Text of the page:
• Email: Only check email twice per day, once in the mornings and once before leaving work/in the latter part of the day. Ignore anything that is optional. Take action immediately on necessary items or schedule a time to do sop in the future. Turn notifications off.
  • Social Media: Sign out of all social media accounts and remove the apps from your phone/tablet/computer. Let people know your plans for the summer and tell them you’ll be back in September (maybe…). If you must get back into your accounts, you can always do so via the browser on your computer.
  • News: Stop reading the news online. I plan to buy a Sunday paper once a week and skim it that morning in order to stay up to date.
  • Entertainment: In general, abstain from using tech for entertainment. I’m not going to read any of my usual blogs and am logging out of my RSS reader. I’m going to ignore 95% of the newsletters I’m subscribed to except for 5 of the most valuable. I’ll read these, along with my paper, on Sunday mornings only. No podcasts, online videos, or any other form of online entertainment.
  • Optional Apps: Eliminate unnecessary apps from phone. There are lots of little apps on my phone that I don’t really need and are often subtle sources of distraction. For example, I don’t really need a whether app or run-tracking app on my phone. If I really need to know about the weather, I can look it up in the browser. If I really want to track my runs, I can write them down.
  • TV/Movies: Be intentional about evening video consumption. For the last couple months, my wife and I haven’t been watching anything in the evenings, instead just chatting, playing board games (okay, I’ll be honest-all we’ve been playing is Catan 🙂 or reading. That may very well continue all summer, but if we do decide to start watching again, we’re going to limit it to one night per week.

PART 2: Rediscover the joys of analog

Summer of Digital Minimalism Nick Wignall

Minimalism, including digital minimalism, isn’t just about getting rid of things from our lives. In fact, minimalism is much more about adding things to our lives. Specifically, things that align with instead of detracting from our values.

If we’re not careful, personal technology can start to get in the way of what we value most. Consequently, it needs to be tended to much more carefully.

Digital Minimalism is about making space for what we value most.

Here are a few of the things I hope to add to my life as a result of subtracting much of my personal technology use:

  • More whitespace. While easy to discount because it looks like nothing, having adequate ‘whitespace’ in our life has numerous benefits, including everything from increased creativity to stress reduction. By ‘whitespace’ I mean time with nothing much going on. Driving to work without listening to anything; standing in line without checking anything; siping a cup of coffee without doing anything else. Whitespace.
  • More human connection, big and small. While I used to love listening to podcasts on my commute, I’ve realized that it takes up valuable time when I could be doing other things (or nothing!), like calling and catching up with friends and family members. A major goal of this challenge is to use the time that is so easily consumed by technology to connect with the people in my life who are important but don’t live near me. I also plan to do smaller things like leaving my phone in my car when I go into the coffee shop. It’s amazing how many little micro-interactions we miss because we’re reading a blog post on our phone while waiting in line.
  • More substantial reading. I’m looking forward to reading more books. I used to read a ton of books. But I’ve increasingly found that good books are getting replaced by wave after wave of articles and posts online.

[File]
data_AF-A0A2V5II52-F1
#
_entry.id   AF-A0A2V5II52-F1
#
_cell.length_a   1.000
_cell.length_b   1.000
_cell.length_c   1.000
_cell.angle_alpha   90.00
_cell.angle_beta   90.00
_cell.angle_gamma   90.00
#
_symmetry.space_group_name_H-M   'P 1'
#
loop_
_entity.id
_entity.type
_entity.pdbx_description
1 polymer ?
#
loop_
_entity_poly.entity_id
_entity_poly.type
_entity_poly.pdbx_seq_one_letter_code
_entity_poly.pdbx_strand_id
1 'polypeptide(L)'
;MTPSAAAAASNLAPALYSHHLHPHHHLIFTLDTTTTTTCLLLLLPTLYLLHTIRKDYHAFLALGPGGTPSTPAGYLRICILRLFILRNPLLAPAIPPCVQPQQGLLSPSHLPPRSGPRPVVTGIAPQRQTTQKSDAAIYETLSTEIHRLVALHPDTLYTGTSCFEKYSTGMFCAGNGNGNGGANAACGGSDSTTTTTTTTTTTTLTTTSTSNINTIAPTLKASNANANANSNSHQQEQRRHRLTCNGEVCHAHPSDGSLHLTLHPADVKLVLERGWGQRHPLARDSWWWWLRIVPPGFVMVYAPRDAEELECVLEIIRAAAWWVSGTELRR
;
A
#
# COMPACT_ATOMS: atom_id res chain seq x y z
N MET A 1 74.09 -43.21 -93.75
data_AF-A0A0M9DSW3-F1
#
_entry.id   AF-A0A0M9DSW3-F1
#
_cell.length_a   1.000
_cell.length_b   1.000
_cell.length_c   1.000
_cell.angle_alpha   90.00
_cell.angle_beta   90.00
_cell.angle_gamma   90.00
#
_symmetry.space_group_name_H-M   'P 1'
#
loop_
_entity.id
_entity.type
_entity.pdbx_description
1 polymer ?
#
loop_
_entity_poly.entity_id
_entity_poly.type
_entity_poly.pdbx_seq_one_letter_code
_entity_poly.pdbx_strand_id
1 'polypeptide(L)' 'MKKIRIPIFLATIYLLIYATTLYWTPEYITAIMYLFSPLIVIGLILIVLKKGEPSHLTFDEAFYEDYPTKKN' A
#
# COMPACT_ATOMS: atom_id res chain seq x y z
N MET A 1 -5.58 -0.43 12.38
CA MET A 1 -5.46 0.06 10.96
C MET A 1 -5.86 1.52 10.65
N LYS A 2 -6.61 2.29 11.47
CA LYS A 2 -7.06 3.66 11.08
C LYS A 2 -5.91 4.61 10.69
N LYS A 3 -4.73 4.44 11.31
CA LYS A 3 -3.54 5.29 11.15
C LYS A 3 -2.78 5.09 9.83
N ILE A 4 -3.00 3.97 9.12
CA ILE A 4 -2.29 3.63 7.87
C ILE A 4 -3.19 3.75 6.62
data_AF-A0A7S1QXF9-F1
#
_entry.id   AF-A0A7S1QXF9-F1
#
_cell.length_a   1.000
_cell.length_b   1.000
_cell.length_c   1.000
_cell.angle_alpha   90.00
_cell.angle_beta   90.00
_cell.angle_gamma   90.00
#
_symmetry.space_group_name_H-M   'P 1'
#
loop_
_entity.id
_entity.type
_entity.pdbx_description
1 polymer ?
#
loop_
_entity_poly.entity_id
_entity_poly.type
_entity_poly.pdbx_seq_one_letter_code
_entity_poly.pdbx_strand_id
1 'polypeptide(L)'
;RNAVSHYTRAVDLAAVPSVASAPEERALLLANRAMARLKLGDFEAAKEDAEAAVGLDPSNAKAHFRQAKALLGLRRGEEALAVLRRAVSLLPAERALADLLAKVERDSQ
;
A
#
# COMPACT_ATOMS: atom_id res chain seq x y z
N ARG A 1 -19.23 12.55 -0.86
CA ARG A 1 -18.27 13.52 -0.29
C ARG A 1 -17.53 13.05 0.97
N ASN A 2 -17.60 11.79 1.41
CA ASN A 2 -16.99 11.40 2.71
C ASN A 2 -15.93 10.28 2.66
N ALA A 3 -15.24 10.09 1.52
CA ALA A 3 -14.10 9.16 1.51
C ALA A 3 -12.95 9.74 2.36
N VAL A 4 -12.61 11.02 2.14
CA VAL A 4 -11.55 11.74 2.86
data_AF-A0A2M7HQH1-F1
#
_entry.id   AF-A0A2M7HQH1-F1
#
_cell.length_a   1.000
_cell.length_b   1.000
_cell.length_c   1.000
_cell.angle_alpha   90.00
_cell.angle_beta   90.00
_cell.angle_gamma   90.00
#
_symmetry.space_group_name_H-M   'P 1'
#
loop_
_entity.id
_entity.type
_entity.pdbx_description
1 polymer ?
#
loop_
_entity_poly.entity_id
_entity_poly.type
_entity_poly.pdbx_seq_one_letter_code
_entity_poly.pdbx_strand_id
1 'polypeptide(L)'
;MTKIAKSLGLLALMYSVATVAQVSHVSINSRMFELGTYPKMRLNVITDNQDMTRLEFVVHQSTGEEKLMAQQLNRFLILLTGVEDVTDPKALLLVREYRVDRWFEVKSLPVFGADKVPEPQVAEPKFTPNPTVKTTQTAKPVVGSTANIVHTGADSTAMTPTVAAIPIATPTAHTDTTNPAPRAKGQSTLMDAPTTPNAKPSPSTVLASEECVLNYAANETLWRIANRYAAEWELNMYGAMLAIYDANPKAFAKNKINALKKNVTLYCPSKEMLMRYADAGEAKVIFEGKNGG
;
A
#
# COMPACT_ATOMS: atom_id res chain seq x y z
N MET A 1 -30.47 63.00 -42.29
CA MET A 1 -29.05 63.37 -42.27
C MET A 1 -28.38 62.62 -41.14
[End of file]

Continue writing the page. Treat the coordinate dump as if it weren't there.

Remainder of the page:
• Running without noise. When I first started long-distance running, I didn’t listen to music or podcasts-I just ran. I’m excited to get back to this. When I work out, I won’t be listening to music or podcasts, or watching video. Just running.
  • Being truly unplugged. I plan to confine my personal tech use to weekdays between 6:00am and 5:00pm. Once I leave from work at 5:00pm, I’m completely done for the evening. And outside of an early morning hour on Saturday and Sunday, no tech use at all. I’m really looking forward to the deep relaxation that comes from taking genuine breaks from technology and the incessant flow of information we’re constantly plugged into via our devices.
  • More brainstorming, journaling, and sketching. Instead of doing more writing in the evenings or weekends, if I feel like I want to “work” a bit, I’m going to do it in the form of paper and pen. I bought a nice journal to keep track of my experiences this summer and take notes that otherwise would have gone into my phone.

PART 3: Relax

Summer of Digital Minimalism Nick Wignall

There are a couple areas where I plan to bend the rules ever so slightly.

  • Medium. While I’m getting rid of most social media, I will continue to write on Medium and read articles there (for whatever reasons, Medium doesn’t feellike social media). However, it will be confined to half an hour per day (of reading) at a specified time on weekday mornings. Also, I will only check my Medium stats once per week on Monday mornings.
  • Twitter. Over the summer I won’t be ‘checking’ Twitter at all and won’t have the app installed anywhere. However, once a week I will add articles to my Buffer cue to be automatically posted to Twitter on an ongoing basis. This is a part of my writing work.
  • Photography. I love photography and have two adorable little girls so I will continue to use my big DSLR and iPhone to snap photos at will.

Of course, there will probably be other areas where there are bits of rule-breaking here and there. If we’re at a friend’s place and they suggest watching a movie, I’m not going to recuse myself on the grounds of my very important Summer of Digital Minimalism Challenge ????.

At the end of the day, this whole project is about committing to being more intentional with my personal technology use. If I do bend the rules, it will be because I’ve thought about it carefully and decided it lines up with what I really want.

Are you ready?

Summer of Digital Minimalism Nick Wignall

If you’ve been seriously thinking about making a change in the way you use personal technology, this challenge is for you. Going 100 days with minimal technology use is no joke. It’s going to be intense. But I think the benefits will be remarkable.

If you think you’d like to participate in The Summer of Digital Minimalism Challenge, shoot me an email with the term Digital Minimalism in the subject and I’ll be in touch shortly with more information and details: